Everyone stays at home. I am staying in Iraq

Shanti Chirayath is a CARE aid worker from Bonn, Germany. When the COVID-19 pandemic led to travel restrictions worldwide, she decided not to return to her home country and stay in Iraq.

Meet Shanti Chirayath, CARE program officer in Iraq, who recounts the first weeks of lockdown, the challenges of remote programming and what it’s like to celebrate one’s birthday in times of social distancing. Cash for work program

Everything happened so suddenly. In mid-March, when there were still no coronavirus infections in Dohuk, we were not allowed to leave the city anymore. Dohuk is located in the very north of Iraq, and is home to around 1.5 million people. The announcement came with very short notice and resulted in many people literally getting stuck. A colleague who was in the neighbouring province for a CARE project had to stay put. To this date, she cannot go home.

I still get updates from the German Embassy when there are flight options to Germany. But it was clear to me right from the start that I did want to leave the team here. It would have felt very unfair to pack my bags. We are a team and we stand together—our Iraqi colleagues and us, the international employees. I can do much more here than remotely. At home in Germany, I’m sure I would feel very isolated and useless.

So for now, the planes to Germany will continue to take off without me.

Everyone adhered to the measures, they did seem reasonable. So far, I also feel quite safe here. Until two weeks ago, we had to wear a mask in public and when you entered a supermarket, they would hand you disposable gloves. But many families cannot afford these supplies. A mask used to cost $2 to $3 US dollars. Today you pay about $12 to $15 USD. Who can blame people if they use the masks multiple times or share them within their families? I am glad that the mask requirement was lifted. We are slowly reaching temperatures above 30 degrees Celsius here.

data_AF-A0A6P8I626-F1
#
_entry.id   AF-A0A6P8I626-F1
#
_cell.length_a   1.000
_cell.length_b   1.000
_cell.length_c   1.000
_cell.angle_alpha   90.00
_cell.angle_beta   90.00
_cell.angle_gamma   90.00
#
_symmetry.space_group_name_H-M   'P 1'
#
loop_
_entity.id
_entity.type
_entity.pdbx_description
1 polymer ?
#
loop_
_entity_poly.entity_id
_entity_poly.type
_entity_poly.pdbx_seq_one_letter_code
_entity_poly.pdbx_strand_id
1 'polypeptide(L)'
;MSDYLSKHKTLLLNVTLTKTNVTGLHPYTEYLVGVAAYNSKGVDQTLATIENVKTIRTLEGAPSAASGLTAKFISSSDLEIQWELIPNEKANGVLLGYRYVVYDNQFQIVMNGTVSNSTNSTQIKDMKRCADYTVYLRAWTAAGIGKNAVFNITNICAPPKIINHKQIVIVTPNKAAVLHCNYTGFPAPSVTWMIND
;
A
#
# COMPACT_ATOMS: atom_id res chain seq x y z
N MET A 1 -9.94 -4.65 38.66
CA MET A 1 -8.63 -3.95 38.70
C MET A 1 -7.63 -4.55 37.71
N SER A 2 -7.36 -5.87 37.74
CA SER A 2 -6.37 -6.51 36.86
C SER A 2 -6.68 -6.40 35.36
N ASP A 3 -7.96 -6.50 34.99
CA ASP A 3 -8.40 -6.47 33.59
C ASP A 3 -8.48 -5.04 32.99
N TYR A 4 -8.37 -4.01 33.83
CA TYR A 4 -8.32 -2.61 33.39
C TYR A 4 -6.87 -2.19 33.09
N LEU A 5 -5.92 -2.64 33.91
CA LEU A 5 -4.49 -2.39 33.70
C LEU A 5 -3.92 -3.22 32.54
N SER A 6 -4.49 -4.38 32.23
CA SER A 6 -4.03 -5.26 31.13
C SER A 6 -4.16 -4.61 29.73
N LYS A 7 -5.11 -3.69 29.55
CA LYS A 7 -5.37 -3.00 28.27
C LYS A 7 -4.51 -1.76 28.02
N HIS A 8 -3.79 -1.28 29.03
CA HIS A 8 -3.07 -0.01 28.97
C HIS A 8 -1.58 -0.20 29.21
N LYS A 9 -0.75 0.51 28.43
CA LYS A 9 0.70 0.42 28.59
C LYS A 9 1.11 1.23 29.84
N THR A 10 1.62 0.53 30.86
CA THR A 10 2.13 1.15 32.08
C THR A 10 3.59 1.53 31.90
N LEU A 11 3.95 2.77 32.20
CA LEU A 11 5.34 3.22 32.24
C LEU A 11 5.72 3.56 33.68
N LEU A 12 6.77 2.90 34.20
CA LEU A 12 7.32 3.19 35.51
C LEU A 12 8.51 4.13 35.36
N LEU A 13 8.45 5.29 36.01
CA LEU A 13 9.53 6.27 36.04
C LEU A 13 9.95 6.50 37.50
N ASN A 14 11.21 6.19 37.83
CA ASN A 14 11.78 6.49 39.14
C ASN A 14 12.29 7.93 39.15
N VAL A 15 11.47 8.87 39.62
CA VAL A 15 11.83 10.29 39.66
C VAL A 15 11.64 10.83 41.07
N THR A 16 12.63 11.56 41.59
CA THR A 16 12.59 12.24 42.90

Only five people may be in our CARE office at the same time. I live on the first floor of the building in an apartment with three other international colleagues. So I walk down the stairs for work.

Aid continues to be delivered, despite all the restrictions. In the camps for displaced families, most of them Yazidis from the Sinjar mountains, we continue to provide water and health services and organize waste disposal. But we have to take a lot of precautions. Instead of distributing relief supplies, we are now planning to drop the “CARE Packages” in front of people’s doors in the coming weeks and then also provide information on hygiene when the residents open the door.

In the past, people abroad might have wondered: Why do people in poorer countries not know that you have to wash your hands? It’s not that difficult. But now everyone around the world is experiencing it firsthand. You forget essential hygiene in everyday life. Constant reminders are needed. CARE provides those reminders, either through personal visits, via SMS and Instagram. We try to reach people on all channels.

Next, we want to distribute food, because many communities, both refugees and the neighbouring villages, have lost their means of income. The countless day labourers who flocked the streets each morning to work on construction sites, markets or elsewhere no longer make any money. They need support which we can provide through so-called cash-for-work programs—money for activities such as road construction or agriculture. I hope we can organize that soon.

We still hope that we will soon be able to travel to other provinces again and that all of our projects can start up again. And that’s why I want to be here too.

Of course it is difficult for me not to know when I will see my family and friends again. Easter was a bit tough. We held a small family service via video call. And a few days later I was there on screen when we cut my Mom’s birthday cake.

It was my birthday at the end of April, I turned 33.

A week earlier, I thought we could celebrate in a larger group. Now there was at least a small dinner with my roommates. I was looking for a recipe for potato salad online, a typical German dish. We toasted with pomegranate juice and a greenish colored banana shake. Of course the situation is difficult. But it was a nice birthday evening. And the next morning, we continued with our work for the people of Iraq.

And that’s what keeps me going.

The world will only be safe when all of us are safe. This global pandemic requires a global solution that includes women and girls. Together, we can build a more equal, more resilient world for all of us

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